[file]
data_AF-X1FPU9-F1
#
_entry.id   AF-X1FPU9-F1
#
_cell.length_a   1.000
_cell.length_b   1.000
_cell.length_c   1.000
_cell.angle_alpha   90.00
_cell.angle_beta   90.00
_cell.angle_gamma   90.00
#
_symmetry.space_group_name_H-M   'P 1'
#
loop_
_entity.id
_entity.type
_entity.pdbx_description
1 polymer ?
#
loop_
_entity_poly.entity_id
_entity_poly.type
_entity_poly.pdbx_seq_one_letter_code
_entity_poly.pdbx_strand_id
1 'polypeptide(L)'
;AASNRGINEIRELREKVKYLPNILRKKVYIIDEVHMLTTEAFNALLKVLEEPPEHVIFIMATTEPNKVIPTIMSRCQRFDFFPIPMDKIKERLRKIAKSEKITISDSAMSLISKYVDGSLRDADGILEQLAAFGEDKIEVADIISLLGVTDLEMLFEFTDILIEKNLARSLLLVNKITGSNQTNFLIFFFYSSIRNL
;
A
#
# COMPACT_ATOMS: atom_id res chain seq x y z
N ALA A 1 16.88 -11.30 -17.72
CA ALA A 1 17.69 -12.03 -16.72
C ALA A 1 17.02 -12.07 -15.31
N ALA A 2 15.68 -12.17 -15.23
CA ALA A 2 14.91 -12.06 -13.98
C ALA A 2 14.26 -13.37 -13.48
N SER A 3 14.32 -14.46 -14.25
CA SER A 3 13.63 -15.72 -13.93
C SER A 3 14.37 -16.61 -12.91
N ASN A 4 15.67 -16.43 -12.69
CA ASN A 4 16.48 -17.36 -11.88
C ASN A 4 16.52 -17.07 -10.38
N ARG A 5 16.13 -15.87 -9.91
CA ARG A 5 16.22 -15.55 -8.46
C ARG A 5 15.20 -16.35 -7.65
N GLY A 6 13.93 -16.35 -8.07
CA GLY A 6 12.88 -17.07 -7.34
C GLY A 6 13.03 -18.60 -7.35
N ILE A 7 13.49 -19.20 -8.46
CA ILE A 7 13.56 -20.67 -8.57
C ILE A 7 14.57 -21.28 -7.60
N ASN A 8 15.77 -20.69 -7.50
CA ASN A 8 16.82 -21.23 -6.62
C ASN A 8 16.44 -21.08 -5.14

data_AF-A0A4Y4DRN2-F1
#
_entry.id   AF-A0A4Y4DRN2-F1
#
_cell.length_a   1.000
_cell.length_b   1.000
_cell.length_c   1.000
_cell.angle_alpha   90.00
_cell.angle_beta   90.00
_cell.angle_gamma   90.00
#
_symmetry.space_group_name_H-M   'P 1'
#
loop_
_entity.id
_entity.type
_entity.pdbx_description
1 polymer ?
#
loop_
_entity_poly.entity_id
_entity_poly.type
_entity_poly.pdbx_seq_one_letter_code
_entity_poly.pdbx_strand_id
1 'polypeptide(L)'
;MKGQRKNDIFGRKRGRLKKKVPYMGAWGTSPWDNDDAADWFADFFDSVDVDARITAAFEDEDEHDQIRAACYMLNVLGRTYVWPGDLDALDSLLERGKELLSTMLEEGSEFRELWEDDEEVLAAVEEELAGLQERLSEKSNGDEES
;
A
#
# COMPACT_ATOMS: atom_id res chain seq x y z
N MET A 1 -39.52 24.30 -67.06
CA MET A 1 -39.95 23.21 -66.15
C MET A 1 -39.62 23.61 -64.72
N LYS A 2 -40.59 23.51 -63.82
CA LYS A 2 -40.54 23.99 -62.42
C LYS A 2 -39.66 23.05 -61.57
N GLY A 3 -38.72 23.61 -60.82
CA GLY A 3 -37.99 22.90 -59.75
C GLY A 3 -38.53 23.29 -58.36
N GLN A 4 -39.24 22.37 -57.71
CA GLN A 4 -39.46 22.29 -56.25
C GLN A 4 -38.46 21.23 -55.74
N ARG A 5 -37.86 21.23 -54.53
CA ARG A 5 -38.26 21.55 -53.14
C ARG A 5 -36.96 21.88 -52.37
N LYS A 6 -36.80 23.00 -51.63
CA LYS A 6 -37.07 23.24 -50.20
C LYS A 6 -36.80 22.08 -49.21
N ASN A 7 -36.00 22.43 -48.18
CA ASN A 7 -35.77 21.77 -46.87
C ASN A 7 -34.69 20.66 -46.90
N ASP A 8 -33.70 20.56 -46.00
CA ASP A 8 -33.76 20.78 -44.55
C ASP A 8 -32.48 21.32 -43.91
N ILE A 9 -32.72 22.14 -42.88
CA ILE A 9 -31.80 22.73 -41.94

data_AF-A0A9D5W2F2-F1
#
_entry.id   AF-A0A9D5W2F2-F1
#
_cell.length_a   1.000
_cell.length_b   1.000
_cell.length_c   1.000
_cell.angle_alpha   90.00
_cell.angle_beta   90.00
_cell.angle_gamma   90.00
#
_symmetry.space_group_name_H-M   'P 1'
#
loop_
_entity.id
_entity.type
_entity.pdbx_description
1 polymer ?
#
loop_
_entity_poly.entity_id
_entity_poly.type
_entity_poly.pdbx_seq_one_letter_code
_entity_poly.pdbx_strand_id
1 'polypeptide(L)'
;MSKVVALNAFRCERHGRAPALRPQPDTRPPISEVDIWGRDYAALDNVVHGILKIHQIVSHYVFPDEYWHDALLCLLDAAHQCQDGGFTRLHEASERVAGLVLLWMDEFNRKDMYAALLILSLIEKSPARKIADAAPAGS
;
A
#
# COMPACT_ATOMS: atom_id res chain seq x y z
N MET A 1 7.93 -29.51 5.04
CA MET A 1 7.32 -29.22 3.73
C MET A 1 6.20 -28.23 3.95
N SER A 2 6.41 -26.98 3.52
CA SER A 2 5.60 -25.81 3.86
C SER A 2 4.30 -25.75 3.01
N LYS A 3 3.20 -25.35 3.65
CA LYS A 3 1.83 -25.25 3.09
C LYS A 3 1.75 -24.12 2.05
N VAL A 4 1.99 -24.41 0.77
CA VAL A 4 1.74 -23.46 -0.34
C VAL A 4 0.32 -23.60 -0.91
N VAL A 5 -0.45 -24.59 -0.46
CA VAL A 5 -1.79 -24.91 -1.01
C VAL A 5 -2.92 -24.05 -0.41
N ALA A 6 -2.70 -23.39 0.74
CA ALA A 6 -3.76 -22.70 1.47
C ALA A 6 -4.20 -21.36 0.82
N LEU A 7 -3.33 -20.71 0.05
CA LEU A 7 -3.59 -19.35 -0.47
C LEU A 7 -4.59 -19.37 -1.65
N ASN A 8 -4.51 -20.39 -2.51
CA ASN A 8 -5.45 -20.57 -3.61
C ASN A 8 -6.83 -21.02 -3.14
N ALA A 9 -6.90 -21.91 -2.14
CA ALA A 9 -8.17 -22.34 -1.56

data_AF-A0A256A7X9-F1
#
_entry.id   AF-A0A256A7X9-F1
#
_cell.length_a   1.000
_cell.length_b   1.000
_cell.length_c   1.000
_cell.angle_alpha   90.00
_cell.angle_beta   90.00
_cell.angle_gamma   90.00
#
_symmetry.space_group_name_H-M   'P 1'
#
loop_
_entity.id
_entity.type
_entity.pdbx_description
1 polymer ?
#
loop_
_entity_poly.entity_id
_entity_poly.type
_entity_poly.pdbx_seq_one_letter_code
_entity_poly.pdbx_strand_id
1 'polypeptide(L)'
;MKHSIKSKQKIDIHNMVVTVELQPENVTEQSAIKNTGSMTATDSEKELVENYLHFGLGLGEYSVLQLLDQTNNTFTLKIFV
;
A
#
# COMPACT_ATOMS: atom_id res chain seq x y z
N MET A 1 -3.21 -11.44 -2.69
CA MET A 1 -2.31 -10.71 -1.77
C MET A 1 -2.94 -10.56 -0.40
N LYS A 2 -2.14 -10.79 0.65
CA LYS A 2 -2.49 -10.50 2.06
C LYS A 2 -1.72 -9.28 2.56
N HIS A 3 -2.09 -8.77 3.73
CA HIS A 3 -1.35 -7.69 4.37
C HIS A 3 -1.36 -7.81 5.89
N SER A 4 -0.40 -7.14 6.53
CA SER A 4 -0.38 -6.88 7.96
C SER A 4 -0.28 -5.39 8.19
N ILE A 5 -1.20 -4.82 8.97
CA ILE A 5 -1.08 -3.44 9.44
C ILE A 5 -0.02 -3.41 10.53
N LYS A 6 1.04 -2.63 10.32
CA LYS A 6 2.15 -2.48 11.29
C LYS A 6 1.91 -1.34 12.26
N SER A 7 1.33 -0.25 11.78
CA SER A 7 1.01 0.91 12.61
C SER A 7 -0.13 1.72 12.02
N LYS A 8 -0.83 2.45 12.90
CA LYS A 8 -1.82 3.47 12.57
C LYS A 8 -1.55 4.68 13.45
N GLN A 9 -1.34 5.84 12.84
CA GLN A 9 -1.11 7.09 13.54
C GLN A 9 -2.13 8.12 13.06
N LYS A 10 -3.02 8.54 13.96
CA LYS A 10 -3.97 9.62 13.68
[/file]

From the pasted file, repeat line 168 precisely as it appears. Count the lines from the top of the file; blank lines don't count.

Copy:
#